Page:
Taking stock of what is in your backpack is a big step. Sometimes, just knowing what’s in there lightens the load. Start with opening the backpack and taking a good look inside.

Step two: Let go of the bricks you can let go of now. Leave the rest for later.

Since I’ve opened, dumped out, and sorted through my own backpack, I’ve been able to let go of several bricks.

I have totally released my I-Should-Have-The-Perfect-Diet-And-Exercise-Regimen bricks, and my It’s-Not-Fair-That My-Dad-Is-So-Difficult bricks. As heavy as they were at one time, they are long gone now. They don’t weigh me down at all today.

There are other bricks of which I am fully aware, but I still carry from time to time. Bricks like Good-Moms-Love-Playing-With-Their-Kids and Time-For-My-Hobbies-Takes-Away-From-My-Family.

I know these bricks are still in there. I acknowledge them when I feel them weighing me down, and I have faith that my awareness is enough for now. That someday I’ll be able to fully leave them behind, but that day is not today.

I’m sure there are still more bricks weighing me down that I haven’t uncovered yet. I don’t know any human being with perfect brick awareness.

For those, I simply trust that when they are ready to be released, they will become heavy enough to catch my attention.

As long as I’m doing my part by staying aware, I will become aware of those bricks when I’m meant to.

Step Three: Remember that the bricks aren’t real.

Those bricks in your backpack aren’t real.

This might feel like a moot point because they feel real. We treat them as if they are real, and we behave as if they are real.

But they aren’t. You can’t literally spread them on the floor. You can’t physically weigh or measure them.

They are just perception—just thought. Like all thoughts, they come and go, wax and wane, feel consuming and then float out of your mind just as swiftly as they floated in.

When your thinking changes—which it always does with time—the weight of the backpack changes. When you see things in a new way, or you have an insight, or you gain new awareness, you just might realize that what felt like heavy bricks are actually more like foam bricks.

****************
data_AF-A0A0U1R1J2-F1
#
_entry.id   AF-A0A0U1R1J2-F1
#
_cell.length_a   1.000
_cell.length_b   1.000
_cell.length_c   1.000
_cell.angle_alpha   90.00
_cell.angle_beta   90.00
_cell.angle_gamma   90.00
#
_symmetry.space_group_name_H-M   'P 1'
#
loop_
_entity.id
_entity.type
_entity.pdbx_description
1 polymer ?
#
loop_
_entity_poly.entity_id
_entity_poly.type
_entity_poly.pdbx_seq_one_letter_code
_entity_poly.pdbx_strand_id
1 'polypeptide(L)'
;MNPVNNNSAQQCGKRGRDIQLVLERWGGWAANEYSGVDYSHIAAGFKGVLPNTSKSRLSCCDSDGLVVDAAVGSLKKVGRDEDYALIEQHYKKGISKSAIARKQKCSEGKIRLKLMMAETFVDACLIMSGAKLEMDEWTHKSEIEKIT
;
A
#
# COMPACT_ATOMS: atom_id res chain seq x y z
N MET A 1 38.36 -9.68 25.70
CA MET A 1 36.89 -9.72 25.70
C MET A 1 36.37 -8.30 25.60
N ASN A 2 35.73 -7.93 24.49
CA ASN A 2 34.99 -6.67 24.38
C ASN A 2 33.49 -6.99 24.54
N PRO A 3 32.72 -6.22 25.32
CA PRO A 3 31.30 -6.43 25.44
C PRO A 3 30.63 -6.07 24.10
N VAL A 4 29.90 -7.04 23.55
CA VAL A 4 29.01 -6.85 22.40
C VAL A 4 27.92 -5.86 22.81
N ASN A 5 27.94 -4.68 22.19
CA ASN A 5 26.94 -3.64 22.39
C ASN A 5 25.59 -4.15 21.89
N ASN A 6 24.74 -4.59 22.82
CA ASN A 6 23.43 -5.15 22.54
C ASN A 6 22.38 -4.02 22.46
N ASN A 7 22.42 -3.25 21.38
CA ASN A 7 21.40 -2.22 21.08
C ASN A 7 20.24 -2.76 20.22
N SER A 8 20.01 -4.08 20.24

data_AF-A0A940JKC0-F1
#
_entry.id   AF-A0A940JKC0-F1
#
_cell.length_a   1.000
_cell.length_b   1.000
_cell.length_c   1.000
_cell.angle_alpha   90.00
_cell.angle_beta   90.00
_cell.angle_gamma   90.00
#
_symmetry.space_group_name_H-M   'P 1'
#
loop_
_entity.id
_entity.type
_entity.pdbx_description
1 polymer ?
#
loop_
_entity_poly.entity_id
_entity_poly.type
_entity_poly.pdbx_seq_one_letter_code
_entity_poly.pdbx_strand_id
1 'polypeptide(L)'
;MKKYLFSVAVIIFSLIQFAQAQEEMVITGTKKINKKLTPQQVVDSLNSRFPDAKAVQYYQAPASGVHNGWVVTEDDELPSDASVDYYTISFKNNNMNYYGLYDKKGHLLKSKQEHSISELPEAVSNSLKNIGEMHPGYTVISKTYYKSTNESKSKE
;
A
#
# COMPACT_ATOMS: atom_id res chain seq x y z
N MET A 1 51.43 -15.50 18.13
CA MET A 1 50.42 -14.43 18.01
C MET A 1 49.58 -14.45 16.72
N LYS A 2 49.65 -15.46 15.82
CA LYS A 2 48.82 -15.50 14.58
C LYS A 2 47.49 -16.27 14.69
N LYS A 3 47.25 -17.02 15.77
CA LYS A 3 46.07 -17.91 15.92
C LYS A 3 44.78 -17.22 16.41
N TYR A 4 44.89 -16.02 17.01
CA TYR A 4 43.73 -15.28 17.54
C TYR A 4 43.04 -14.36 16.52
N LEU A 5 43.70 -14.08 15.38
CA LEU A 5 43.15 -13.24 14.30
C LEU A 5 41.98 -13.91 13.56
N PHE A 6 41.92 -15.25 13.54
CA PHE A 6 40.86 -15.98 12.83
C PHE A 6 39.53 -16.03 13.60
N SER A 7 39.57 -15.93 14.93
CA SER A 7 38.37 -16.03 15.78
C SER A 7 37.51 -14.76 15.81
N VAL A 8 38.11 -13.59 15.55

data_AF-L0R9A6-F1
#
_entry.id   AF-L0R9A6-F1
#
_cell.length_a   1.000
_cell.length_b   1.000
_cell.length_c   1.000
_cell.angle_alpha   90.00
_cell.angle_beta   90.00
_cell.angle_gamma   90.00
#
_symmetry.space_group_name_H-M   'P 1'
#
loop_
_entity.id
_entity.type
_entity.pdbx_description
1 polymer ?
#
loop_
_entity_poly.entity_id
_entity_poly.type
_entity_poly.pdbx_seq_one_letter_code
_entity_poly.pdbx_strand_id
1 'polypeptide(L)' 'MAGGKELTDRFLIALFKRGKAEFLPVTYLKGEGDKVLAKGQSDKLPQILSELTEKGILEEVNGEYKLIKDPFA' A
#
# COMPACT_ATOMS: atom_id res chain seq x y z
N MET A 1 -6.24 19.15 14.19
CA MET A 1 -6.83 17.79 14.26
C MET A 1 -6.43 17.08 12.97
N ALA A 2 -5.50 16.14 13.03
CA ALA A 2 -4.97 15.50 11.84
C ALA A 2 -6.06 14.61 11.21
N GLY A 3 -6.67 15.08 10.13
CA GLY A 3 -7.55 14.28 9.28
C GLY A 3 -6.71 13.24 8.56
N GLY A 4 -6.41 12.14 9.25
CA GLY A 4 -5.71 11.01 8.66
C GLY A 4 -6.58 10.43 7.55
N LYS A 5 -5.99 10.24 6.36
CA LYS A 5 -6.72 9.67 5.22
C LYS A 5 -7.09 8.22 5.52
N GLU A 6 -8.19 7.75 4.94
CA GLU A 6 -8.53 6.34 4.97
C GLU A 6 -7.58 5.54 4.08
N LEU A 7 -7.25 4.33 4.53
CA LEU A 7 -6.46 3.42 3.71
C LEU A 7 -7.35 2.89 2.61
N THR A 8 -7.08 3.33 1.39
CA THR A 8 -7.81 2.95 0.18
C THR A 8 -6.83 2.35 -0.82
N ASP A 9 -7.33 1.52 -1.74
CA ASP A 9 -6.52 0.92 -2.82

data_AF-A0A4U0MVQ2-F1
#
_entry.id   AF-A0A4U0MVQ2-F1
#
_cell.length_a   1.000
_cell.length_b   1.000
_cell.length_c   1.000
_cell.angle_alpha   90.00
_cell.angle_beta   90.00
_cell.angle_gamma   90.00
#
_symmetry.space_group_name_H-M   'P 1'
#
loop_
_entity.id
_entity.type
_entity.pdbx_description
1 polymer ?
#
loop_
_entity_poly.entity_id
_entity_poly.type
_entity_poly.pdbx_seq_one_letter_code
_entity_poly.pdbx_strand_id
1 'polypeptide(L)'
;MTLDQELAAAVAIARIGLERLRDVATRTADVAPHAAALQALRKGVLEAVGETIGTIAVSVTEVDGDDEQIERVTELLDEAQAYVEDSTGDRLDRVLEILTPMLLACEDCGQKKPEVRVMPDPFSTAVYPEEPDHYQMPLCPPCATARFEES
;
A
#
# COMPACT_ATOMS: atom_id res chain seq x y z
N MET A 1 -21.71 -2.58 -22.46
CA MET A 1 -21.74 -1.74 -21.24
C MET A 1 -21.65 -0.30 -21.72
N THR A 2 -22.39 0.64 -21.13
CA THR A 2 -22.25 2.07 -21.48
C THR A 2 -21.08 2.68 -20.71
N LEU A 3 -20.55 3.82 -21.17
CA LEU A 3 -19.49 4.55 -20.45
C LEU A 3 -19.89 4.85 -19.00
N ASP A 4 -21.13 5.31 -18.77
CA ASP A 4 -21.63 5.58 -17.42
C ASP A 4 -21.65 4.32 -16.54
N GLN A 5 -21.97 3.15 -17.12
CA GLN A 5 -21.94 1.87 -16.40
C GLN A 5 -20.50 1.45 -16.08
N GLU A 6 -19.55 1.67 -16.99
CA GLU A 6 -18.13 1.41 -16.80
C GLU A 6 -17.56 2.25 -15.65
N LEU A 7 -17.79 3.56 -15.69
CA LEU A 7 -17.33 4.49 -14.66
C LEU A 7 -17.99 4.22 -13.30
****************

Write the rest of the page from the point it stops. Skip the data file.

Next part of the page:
Or like imaginary bricks. They aren’t dangerous in and of themselves, as long as you remember that they aren’t real.

So when you are feeling particularly weighed down, take off the backpack and dump it out. Do what you can with what you see and set the rest aside. And remember, even the ones that feel very heavy are fleeting.

Photo by apparena

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  • Rachel

    Dear Amy, thank you for such a well written article. I’ve been a long-time reader of Tiny Buddha but this is the first time I’m commenting on an article 🙂 this piece really resonated with me so I felt compelled beyond resistance to comment. The fact that I found it humorous also helped! 
    I remember 1 or 2 years back I was in a place of greater clarity than I am now, and I had a sudden insight one evening at my bathroom sink: I have been carrying around such a heavy load on my back, why don’t I get rid of it? The realization struck me like a bolt of lightning, and it was then that I realised how responsible I was for perpetrating my own suffering. I had a really controlling and harsh demanding mother and my childhood wasn’t very happy. I have always resented my mother for the hurt inflicted upon me and blamed my upbringing for the various issues I have today. But there comes a time when we have to take responsibility for our lives and thank you for reminding me of that. I need to once again look in my backpack; it’s been unusually heavy recently. A lot of my bricks are self-defeating ones and they revolve around fear and anger. I need to take back control of my life and actively work on making it the life I want, instead of forever blaming others for my circumstances. Thank you once again for this precious wake-up call!

  • Astha Kaushik

    Its true that we need to let go..but its not very quick and it takes courage and hardwork to let go of certain things completely. I guess it shud be on daily basis, we need to let go of everything which isn’t significant ad which is making us feel miserable and helpless. Every night before going to bed we need to free us from this extra burden which can be a slow poison if we continue to carry them with us. It should be a habit to let go and sleep peacefully as we need to face every morning with enthusiasm and smile.

  • Wonderful analogy and thanks for the message. I think this is something that I should practice now. Let go of my expectations. I have enough in my life that I can be happy now. I just need to flow with it. I’m going to try hard to put this into practice today, and hopefully the days after.
    Dan @ ZenPresence

  • Michelle

    You have a true gift for showing the way. I am hopeful that it reaches all those who need it, just like I needed to hear this this morning. Namaste.

  • Thank you for your comment Rachel–I feel honored to be your first:)